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Ontario Northland Transportation Commission board needs power, union says

A new board for the Ontario Northland Transportation Commission (ONTC) met for the first time Monday in North Bay — a meeting the Crown corporation's unions hope is a sign the transformation promised by the province is underway.

Minister of Northern Development Michael Gravelle talks about upcoming investments

A new board for the Ontario Northland Transportation Commission (ONTC) met for the first time Monday in North Bay. (Yvon Theriault/Radio-Canada)

A new board for the Ontario Northland Transportation Commission (ONTC) met for the first time Monday in North Bay — a meeting the Crown corporation's unions hope is a sign the transformation promised by the province is underway.

In 2012, the province said it intended to wind down the ONTC, with plans to break up and sell its divisions. In 2014, the province announced it would keep most of the agency in public hands, though it would sell off its telecommunications arm Ontera.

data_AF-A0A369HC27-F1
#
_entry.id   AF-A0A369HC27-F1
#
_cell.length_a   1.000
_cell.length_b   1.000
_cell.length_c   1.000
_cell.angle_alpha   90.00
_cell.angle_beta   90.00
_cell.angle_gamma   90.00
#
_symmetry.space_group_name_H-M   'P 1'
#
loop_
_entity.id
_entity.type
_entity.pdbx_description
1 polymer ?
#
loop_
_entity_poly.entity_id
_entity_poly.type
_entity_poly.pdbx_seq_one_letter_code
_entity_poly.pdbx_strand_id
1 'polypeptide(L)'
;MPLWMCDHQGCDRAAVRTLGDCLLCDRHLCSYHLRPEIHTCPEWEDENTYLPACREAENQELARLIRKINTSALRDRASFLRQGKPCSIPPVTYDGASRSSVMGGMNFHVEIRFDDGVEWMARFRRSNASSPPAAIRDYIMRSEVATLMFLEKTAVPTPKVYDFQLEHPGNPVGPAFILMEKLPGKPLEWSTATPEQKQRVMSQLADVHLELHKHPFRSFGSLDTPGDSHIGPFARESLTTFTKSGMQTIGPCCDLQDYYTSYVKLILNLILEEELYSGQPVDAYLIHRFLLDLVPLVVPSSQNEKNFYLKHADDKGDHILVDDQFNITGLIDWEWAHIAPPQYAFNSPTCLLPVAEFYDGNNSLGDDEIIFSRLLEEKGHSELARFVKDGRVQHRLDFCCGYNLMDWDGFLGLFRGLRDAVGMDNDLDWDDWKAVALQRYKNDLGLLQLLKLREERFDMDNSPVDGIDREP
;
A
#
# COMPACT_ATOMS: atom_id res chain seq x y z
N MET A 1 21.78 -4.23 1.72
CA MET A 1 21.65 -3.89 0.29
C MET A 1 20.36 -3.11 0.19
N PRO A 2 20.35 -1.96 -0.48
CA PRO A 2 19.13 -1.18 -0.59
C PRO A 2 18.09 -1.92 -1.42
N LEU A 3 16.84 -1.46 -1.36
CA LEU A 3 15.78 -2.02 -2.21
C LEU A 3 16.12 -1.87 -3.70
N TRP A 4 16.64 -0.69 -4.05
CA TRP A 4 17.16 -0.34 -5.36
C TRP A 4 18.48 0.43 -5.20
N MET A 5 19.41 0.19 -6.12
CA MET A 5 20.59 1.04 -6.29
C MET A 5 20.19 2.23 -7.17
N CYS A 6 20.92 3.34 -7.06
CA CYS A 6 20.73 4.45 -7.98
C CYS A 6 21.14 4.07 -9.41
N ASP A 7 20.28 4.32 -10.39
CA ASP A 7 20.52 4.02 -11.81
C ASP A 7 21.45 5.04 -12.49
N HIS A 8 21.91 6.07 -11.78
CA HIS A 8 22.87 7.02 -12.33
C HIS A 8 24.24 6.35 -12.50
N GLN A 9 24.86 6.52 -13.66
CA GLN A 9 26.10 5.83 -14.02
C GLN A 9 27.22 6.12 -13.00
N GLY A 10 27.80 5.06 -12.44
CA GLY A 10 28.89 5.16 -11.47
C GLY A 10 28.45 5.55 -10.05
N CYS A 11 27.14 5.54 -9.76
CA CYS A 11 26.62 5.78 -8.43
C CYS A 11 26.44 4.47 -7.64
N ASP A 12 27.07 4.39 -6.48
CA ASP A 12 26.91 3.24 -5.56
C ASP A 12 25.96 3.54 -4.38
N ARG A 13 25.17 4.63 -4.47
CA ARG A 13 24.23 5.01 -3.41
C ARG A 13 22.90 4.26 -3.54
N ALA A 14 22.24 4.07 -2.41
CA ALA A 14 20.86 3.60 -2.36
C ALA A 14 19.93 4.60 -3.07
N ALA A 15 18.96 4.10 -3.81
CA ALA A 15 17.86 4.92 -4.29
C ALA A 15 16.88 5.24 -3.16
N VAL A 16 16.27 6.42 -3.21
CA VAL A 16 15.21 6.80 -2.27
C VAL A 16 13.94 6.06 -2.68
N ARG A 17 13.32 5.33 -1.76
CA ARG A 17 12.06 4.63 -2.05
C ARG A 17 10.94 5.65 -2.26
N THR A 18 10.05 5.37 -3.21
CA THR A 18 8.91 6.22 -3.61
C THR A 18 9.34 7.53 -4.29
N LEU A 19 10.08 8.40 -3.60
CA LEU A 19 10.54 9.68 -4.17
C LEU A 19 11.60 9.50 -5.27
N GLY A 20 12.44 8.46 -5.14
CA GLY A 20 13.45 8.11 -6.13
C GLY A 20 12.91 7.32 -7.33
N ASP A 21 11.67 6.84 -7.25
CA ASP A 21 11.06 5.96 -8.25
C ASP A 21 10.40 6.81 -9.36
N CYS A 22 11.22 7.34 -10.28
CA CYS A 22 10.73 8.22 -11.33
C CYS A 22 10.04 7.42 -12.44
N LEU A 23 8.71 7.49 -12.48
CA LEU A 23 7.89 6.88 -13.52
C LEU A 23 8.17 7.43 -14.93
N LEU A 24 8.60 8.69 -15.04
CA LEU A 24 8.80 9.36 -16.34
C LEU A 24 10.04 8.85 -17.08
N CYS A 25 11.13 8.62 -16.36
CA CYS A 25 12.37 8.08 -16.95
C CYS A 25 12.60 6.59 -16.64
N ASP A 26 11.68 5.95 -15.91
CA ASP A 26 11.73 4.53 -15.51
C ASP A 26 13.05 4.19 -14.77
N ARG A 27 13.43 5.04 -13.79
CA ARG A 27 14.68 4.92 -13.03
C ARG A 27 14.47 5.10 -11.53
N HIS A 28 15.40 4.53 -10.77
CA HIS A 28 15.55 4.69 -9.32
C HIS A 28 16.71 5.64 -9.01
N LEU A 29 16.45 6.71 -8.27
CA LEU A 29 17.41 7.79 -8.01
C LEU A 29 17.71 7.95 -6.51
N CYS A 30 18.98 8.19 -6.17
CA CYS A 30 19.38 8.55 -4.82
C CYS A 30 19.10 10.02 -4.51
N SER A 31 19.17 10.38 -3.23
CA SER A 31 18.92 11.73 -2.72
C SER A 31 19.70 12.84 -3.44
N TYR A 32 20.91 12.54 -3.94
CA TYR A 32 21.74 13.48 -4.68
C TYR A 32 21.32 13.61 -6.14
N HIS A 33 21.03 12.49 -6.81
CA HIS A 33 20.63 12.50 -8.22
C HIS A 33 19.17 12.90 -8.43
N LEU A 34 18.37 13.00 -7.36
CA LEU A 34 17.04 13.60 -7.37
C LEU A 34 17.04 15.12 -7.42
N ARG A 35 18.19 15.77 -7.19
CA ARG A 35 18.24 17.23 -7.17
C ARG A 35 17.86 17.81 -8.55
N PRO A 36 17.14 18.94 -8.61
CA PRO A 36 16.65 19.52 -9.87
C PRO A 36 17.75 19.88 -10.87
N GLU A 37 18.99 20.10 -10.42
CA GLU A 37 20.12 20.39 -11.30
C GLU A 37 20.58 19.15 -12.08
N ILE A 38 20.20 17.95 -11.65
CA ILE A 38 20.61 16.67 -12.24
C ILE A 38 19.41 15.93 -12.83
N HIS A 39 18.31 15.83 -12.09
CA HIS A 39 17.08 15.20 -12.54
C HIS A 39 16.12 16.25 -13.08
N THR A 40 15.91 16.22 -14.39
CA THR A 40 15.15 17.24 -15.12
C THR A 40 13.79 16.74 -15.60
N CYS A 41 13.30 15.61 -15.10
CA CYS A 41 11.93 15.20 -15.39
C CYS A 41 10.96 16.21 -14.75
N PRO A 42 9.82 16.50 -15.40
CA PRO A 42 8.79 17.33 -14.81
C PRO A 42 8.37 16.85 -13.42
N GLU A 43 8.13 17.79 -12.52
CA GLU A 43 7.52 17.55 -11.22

Since then a promised transformation plan to make the agency's rail, bus and refurbishment operations more sustainable has been slow to materialize.

Andy Mitchell, Unifor Local 103's vice-president, said Premier Kathleen Wynne's government has been "lacking.

"She comes out and says she wants to have sustainable employment — continued economic growth and strong transportation network," he said. "So far all we have seen is layoffs, service cuts, and station closures."

'Cannot make a timely decision'

Mitchell said the board needs more decision-making power.

"It's not a standalone agency," he said. "It goes through [Nortern Development], and then it goes through Queen's Park and then up and up and up, and the problem is Ontario Northland cannot make a decision in a timely manner."

Minister of Northern Development Michael Gravelle travelled to North Bay for the board meeting and talked about upcoming investments in the ONTC.

North Bay Mayor Al McDonald says Gravelle didn't elaborate, but he hopes it's a good sign.

"We have our fingers crossed but the track record of this minister is that he tries to move things forward and works with his boards extremely well," McDonald said.
    
McDonald says final decisions about the future of the ONTC rest with the minister.

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